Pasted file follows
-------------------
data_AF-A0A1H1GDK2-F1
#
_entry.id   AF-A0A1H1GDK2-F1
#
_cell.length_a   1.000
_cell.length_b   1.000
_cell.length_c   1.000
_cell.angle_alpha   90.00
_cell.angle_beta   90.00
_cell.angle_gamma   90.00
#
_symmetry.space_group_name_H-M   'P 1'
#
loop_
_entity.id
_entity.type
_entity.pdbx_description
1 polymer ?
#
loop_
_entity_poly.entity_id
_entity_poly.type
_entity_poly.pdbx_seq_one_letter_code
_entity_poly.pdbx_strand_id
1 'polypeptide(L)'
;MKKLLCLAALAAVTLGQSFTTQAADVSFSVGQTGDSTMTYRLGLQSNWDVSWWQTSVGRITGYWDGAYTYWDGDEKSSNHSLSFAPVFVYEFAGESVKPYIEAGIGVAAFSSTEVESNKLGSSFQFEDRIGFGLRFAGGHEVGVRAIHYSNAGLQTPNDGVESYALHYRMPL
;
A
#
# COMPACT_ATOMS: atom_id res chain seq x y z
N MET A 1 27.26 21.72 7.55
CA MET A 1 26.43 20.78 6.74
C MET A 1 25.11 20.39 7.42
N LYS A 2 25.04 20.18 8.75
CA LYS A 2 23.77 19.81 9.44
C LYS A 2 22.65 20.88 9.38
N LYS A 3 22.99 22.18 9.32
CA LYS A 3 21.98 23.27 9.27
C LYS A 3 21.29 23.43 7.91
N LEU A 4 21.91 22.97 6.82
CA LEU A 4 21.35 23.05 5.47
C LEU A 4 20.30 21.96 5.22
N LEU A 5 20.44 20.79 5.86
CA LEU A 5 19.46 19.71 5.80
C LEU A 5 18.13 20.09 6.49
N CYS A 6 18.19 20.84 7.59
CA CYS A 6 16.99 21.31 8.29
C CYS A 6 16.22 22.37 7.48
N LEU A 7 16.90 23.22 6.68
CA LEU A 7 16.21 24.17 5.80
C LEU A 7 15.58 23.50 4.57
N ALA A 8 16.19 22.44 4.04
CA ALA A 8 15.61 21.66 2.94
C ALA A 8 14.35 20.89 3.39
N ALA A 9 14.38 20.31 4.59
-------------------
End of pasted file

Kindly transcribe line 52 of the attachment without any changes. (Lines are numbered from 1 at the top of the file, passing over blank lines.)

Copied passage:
N ALA A 8 16.19 22.44 4.04